Think counter-intuitively if you want a real shot at winning, says Eddie Obeng
I recently saw a tweet that said: “Get your software development [project] back on track with this one weird trick. What would your weird trick be?” It got me thinking about the Netflix series Losers, which features stories about athletes who have failed to win. In sport, failure is the norm. In a 100m sprint there are seven losers and only one winner; two losers are given consolation prizes. Full success runs at only 12.5 per cent, which is comparable to the success rate of projects.
Losers showcases people who turned what looked like inevitable success into deepest failure. It made me think about failing projects, and what it takes to turn them around. In sport, progress is usually obvious and measurable. You can see who’s ahead of you, watch the skill of a competitor or look at the scoreboard. You can see if you are turning winning into losing. Project progress is more obscure because it requires winning in two different ways at the same time.
First, the project leader needs to win on the less obvious parameters defined by the various project stakeholders. Success might be measured by how engaged they feel with your project, whether they are given a chance to be creative or if your project is keeping them safe from internal politics. Soft measures of progress such as these are subjective and can change overnight. Just a single word from you in a phone call can swing a stakeholder one way or another.
Second, the project leader needs to win on the hard measures. These relate to the project itself and not the people. Is the project moving as fast as it needs to? Is it as good as its deliverables demand? And is it cheap enough to justify the results? Each project requires a different balance of these three elements. In a project with a drop-dead date, such as an Olympics opening ceremony, being fast matters most. For a compliance project, such as avoiding massive GDPR fines, ensuring output is good dominates.
When people talk about a project being off track, they are usually referring to these three hard measures. But unlike a race, where you can glance at your opponents or keep an eye on the scoreboard, it can be difficult to know how well your project is doing against these measures.
In a large project, financial status reports are difficult to publish in real time. By the time you know you are not as cheap as you had hoped, it is too late. When it comes to deliverables, there is an opportunity to descope or rescope a project, and some agile methodologies mean the deliverables are subjective and moveable. This means there are many confusing ways to produce and measure good outputs.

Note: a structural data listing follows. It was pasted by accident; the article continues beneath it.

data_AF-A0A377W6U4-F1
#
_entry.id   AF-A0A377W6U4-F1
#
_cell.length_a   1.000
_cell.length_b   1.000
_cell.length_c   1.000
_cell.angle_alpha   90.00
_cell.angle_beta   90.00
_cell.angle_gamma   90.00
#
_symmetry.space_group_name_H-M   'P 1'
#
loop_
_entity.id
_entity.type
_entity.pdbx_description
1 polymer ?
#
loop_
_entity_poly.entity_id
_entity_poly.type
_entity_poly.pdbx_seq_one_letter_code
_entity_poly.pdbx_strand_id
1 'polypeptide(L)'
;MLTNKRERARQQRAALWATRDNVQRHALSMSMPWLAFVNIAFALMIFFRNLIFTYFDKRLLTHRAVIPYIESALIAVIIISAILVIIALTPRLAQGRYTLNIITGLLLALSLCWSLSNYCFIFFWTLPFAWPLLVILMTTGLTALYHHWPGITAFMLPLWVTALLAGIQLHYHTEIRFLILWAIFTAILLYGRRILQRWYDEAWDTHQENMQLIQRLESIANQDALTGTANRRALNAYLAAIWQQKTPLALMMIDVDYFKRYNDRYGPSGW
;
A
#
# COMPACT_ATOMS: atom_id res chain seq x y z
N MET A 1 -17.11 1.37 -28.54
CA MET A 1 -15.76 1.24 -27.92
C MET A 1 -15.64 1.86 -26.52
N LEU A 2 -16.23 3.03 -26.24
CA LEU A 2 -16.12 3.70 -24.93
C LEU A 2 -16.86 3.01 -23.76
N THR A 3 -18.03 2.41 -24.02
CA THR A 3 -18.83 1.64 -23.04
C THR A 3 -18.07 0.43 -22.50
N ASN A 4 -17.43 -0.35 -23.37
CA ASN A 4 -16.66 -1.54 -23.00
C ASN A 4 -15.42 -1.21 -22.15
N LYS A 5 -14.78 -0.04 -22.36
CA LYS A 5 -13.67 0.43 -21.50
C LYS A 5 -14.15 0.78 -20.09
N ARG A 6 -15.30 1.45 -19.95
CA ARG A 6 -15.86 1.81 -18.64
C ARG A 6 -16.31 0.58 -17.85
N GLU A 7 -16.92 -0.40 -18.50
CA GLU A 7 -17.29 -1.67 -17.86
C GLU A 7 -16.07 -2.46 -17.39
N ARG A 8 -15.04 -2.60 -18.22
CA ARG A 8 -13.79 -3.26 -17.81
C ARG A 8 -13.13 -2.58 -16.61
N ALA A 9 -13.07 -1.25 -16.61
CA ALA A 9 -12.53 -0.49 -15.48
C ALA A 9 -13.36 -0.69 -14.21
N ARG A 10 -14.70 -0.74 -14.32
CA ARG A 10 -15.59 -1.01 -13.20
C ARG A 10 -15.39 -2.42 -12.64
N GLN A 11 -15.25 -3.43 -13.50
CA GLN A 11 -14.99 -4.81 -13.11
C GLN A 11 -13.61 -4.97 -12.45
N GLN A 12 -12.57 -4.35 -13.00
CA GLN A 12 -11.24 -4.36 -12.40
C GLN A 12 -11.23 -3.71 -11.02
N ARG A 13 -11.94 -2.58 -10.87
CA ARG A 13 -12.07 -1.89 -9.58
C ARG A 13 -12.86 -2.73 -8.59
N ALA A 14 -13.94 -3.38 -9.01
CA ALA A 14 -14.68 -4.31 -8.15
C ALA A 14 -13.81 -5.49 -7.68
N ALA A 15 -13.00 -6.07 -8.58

Getting back on track
So, what most people mean by a project being off track is that it’s late. If you’re late, everyone else can tell that you’re losing.
In this situation, getting a project back on track is difficult because you need to think and act counter-intuitively. In your early schooling, you’d have answered a question like: if it takes one person one day to dig a hole, how long will it take three people? You answered: a third of a day. Your teacher congratulated you. Unfortunately, if you received a lesson like this, your brain is now programmed incorrectly.
Let me explain. I often see project leaders prioritising and adding extra people or resources to the immediate off-track activities in an attempt to speed things up. Yet when they discover that things have slowed down even more, they are bewildered and add even more resource to the project. What has gone wrong? In real life, things are more complex than your arithmetic homework.
The real considerations are: how big is the hole? Can all three people work on it at the same time? Does one of them have to teach the skills or explain the project to the others? Adding resource rarely works well, as your most productive people have to be taken offline to onboard the newcomers. And if you don’t take them offline, newcomers create all sorts of quality issues and errors.
Imagine you are running late for a management presentation and a colleague offers help. Do you share your laptop with them and finish off the last few slides together? No. You send them to set up the conference room and get the coffee sorted.
My ‘weird trick’
Here’s the ‘weird trick’ I teach to get a project that looks like it might be losing to becoming a winning one again (though it won’t get you back on the track you originally started on):
- Make a shortlist of the current late tasks or activities.
- List the downstream activities or tasks which follow from these but have not yet been started.
- Identify which of the downstream activities can be sped up with more resources or a different approach.
- Rank the downstream activities which can be sped up on how easy they will be.
- Check that accelerating the future will not disrupt your key people’s current work, then plan and act immediately.
See TimeRevers at https://QUBE.cc/PETs/TimeRevers.
Let me know if it works for you.
This article originally appeared in the spring 2020 issue of Project journal. You can read the latest digital issue of Project, out today, free for APM members.
Image: Nejron Photo/Shutterstock